Home equity loans and HELOCs allow homeowners to receive cash for their home equity. These funds can be used for a variety of reasons, such as home renovations or debt consolidation.
Unfortunately, if you have bad credit, qualifying for a home equity loan or HELOC may be difficult. However, there are still ways in which you can qualify or find a good alternative.
What Is A Home Equity Loan?
A home equity loan is a loan that allows homeowners to use their home equity as collateral. This takes the second place to the first lien mortgage and you can generally only borrow 75 to 80% of the loan-to-value ratio in your home and your qualifications are based on how much you owe on the value of your first lien mortgage; for example, if you owe 60% of the value of your home on the first lien, you may be able to borrow another 20% of the value with a home equity loan. Interest is paid on the full loan amount borrowed.
What Is A HELOC?
A HELOC (home equity line of credit) is similar to a credit card and allows you to draw funds from an account as you need it (without going over the maximum amount).
A HELOC uses your home as collateral has a set period of time in which you can draw funds and pay only interest on the borrowed amount; after this period of time has passed, the loan must be paid off.
Qualifying for a HELOC depends on your lender or bank but most HELOCs have similar requirements:
- At least a year of positive mortgage history
- Enough income to pay back your loan
- Lend 80% or more of your home equity
- A minimum credit score of 620
- A debt-to-income ratio below 41%
What Are The Pros And Cons Of A Home Equity Loan Or HELOC?
- You can use your loan or credit line however you want.
- Interest rates are generally lower than what you receive with a credit card.
- Adjustable rates carry even lower interest rates.
- HELOCs only have you pay interest on the amount you borrow.
- Having a minimum credit score of 620 may be enough to qualify with some lenders.
- Lenders charge closing costs and additional fees.
- Your home is put on the line as collateral.
- Your bank can cancel your line of credit at any time.
- Using your home equity loan or line of credit for any purpose (such as debt consolidation) can be risky since you turn unsecured debts into secured debts. This means you could lose your home if you fail to make on-time payments.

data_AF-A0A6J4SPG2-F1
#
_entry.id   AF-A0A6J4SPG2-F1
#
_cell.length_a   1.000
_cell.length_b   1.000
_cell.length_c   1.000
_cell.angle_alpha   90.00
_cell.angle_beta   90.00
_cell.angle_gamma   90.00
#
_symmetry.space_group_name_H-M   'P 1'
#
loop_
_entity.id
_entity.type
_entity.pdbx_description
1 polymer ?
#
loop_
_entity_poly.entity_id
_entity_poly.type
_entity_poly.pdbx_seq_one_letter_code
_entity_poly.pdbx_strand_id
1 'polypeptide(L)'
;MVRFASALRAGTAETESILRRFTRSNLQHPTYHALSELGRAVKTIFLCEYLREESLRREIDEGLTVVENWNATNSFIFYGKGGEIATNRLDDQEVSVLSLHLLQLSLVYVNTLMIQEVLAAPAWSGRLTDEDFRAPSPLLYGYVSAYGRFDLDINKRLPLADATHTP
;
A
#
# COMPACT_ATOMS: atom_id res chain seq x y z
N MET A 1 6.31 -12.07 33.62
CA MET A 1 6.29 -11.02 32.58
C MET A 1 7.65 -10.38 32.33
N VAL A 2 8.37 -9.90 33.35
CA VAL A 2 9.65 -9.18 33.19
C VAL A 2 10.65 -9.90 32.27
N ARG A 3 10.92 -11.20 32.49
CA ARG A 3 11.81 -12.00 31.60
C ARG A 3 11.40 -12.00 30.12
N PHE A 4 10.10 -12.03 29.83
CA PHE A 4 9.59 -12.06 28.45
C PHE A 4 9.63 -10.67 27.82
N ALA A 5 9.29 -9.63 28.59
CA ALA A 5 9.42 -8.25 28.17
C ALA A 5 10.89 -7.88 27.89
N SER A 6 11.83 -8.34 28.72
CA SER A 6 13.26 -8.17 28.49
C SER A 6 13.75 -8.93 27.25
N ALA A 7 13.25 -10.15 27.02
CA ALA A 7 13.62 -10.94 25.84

What Is The Best Credit Score To Get A Home Equity Loan Or HELOC?
Your credit score is an important factor when it comes to taking out a loan. Aside from qualifying, a good credit score means you will receive lower interest rates and save you thousands of dollars in the long run.
Most lenders require a minimum credit score of 620 (which is considered fair), although a higher score means you will receive more favorable terms.
What Can I Do To Improve My Credit?
Qualifying for a home equity loan or HELOC could be determined by just a few points and your overall credit history. Bad credit can also prevent you from refinancing your loan.
Your interest rates are based directly on your credit, so the higher your credit score is, the lower your interest rate will be.
There are a few steps you can take to improve your credit to apply for a loan and receive the best rates:
- Pay your credit cards on time and reduce the total balance. 35% of your FICO® score is based on your payment history.
- Avoid closing any accounts; if you still spend the same amount, you will be using a bigger portion of your available credit. Credit utilization accounts for 30% of your FICO® credit score, so the more credit you have available, the better your score. Ideally, you want your credit balances to stay below 10%.
- Opt to take out a credit builder loan, which is a loan secured by your personal funds and repaid monthly.
- Take out another line of credit and keep low utilization.
- Ask a trusted friend or family member to add you to their credit card as an authorized user. Be sure that the account has been active for a few years and that it has had on-time payments; this is important since the entire history of that account will be reflected in your credit history.
- Consider a professional credit repair service. They can work on your behalf to find and dispute errors on your credit reports such as identity fraud, incorrect payment statuses, and negative strikes for late payments.